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MOL: Food for Thoughts

“Critical thinking is thinking about your thinking while you’re thinking in order to
make your thinking better”

Richard W. Paul – How to Prepare Students for a Rapidly Changing Worlds (2012)

On reflecting into this critical thinking perspective: the learning context of our current
educational system demands us to reconstitute our mind set regarding the art of our
thinking, in order to render better teaching services to our learning clientele – our
students. To engage into critical thinking provides us with a reachable horizon through
looking at the real learning needs of our students in relation to the range of our capacity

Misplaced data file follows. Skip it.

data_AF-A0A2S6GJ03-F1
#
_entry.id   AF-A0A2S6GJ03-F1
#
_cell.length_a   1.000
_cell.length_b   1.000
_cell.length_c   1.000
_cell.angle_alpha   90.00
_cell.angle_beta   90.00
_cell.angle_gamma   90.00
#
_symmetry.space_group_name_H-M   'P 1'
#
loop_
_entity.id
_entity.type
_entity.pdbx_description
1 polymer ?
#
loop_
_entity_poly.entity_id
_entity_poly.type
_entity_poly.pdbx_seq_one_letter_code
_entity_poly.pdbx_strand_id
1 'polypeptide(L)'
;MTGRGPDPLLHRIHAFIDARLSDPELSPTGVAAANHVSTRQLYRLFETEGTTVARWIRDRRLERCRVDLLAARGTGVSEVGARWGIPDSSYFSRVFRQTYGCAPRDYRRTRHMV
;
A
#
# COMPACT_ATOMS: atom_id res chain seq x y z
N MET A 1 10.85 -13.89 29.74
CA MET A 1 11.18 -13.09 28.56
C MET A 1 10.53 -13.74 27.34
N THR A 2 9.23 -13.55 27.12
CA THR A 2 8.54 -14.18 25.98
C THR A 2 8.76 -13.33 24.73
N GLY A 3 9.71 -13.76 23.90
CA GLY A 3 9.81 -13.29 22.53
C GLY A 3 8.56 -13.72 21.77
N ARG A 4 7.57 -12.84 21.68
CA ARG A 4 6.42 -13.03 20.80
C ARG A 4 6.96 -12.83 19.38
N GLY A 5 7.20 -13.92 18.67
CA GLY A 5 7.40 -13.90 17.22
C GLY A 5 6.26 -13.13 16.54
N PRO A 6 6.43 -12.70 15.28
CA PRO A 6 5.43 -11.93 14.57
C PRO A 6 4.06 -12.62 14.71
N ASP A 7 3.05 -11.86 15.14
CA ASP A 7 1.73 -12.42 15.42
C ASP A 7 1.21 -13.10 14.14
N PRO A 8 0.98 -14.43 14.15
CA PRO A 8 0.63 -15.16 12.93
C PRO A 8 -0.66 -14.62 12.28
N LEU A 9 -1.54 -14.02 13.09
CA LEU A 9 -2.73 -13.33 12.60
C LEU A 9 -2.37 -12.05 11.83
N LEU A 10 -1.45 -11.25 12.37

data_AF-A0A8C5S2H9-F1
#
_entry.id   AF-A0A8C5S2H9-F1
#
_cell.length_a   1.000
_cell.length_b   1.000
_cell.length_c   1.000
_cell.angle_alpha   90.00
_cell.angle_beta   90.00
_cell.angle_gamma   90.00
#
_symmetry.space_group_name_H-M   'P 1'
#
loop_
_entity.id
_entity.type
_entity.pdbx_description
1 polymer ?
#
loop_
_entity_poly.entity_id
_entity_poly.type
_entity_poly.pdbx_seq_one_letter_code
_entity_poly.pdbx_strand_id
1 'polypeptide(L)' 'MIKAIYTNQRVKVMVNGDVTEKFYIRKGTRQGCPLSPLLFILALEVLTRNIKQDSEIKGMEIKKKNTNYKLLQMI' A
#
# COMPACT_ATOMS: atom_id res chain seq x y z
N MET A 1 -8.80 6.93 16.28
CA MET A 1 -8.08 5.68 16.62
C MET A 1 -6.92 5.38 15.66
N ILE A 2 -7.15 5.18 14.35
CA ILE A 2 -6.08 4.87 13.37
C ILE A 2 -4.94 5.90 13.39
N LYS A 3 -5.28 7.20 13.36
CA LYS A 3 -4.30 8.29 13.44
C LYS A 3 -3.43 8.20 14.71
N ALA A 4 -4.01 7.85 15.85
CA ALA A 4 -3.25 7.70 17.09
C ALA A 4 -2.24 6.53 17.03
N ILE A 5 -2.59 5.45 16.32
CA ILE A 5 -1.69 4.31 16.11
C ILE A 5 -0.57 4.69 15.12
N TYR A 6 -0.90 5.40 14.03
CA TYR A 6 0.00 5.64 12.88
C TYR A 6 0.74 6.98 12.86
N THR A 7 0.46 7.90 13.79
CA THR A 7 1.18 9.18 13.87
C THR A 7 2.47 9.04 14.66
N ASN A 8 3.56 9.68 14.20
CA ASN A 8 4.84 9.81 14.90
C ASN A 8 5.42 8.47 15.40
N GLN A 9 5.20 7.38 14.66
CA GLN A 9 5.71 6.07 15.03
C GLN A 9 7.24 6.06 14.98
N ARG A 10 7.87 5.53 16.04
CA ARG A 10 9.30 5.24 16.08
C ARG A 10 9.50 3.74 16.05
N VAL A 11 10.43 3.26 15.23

to response to those needs. Critical thinking is a conscious and continuous valuation and
evaluation of the things that we know – those things that we really know, actually know,
possibly know, and consequently the things that we do not know. As educational
advocates and facilitators, we have to persistently engage into deepening our
understanding of the matters of our thinking and its contents, that is - mastering of our
thinking processes and their substances; so as to provide our students with clear
direction on how they could also develop their power of critical thinking. We have to be
reminded with this basic dictum: “nemo dat quod non havet” – “you cannot give what
you do not have”.